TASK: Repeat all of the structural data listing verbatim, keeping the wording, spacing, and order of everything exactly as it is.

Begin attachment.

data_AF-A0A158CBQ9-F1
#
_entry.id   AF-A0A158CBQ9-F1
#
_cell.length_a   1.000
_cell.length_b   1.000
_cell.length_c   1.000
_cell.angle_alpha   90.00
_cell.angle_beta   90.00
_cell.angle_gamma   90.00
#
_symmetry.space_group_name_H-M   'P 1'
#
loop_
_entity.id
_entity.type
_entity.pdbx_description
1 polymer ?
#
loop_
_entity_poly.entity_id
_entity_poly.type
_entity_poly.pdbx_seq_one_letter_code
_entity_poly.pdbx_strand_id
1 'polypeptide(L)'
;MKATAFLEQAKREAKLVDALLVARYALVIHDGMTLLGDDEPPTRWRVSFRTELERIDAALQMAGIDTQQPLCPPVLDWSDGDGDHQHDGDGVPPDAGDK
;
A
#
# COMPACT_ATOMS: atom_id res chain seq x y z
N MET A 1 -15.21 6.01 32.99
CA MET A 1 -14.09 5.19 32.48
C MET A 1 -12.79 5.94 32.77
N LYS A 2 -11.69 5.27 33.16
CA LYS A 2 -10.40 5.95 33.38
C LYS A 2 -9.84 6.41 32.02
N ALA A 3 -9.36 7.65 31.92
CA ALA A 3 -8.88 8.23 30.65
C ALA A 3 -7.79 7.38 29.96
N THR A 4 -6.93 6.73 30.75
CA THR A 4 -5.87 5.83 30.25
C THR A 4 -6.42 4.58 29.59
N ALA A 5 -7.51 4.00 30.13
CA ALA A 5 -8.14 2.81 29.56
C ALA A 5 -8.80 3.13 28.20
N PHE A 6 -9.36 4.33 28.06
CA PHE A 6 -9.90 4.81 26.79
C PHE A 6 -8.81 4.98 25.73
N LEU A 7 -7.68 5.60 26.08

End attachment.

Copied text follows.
data_AF-A0A158CBQ9-F1
#
_entry.id   AF-A0A158CBQ9-F1
#
_cell.length_a   1.000
_cell.length_b   1.000
_cell.length_c   1.000
_cell.angle_alpha   90.00
_cell.angle_beta   90.00
_cell.angle_gamma   90.00
#
_symmetry.space_group_name_H-M   'P 1'
#
loop_
_entity.id
_entity.type
_entity.pdbx_description
1 polymer ?
#
loop_
_entity_poly.entity_id
_entity_poly.type
_entity_poly.pdbx_seq_one_letter_code
_entity_poly.pdbx_strand_id
1 'polypeptide(L)'
;MKATAFLEQAKREAKLVDALLVARYALVIHDGMTLLGDDEPPTRWRVSFRTELERIDAALQMAGIDTQQPLCPPVLDWSDGDGDHQHDGDGVPPDAGDK
;
A
#
# COMPACT_ATOMS: atom_id res chain seq x y z
N MET A 1 -15.21 6.01 32.99
CA MET A 1 -14.09 5.19 32.48
C MET A 1 -12.79 5.94 32.77
N LYS A 2 -11.69 5.27 33.16
CA LYS A 2 -10.40 5.95 33.38
C LYS A 2 -9.84 6.41 32.02
N ALA A 3 -9.36 7.65 31.92
CA ALA A 3 -8.88 8.23 30.65
C ALA A 3 -7.79 7.38 29.96
N THR A 4 -6.93 6.73 30.75
CA THR A 4 -5.87 5.83 30.25
C THR A 4 -6.42 4.58 29.59
N ALA A 5 -7.51 4.00 30.13
CA ALA A 5 -8.14 2.81 29.56
C ALA A 5 -8.80 3.13 28.20
N PHE A 6 -9.36 4.33 28.06
CA PHE A 6 -9.90 4.81 26.79
C PHE A 6 -8.81 4.98 25.73
N LEU A 7 -7.68 5.60 26.08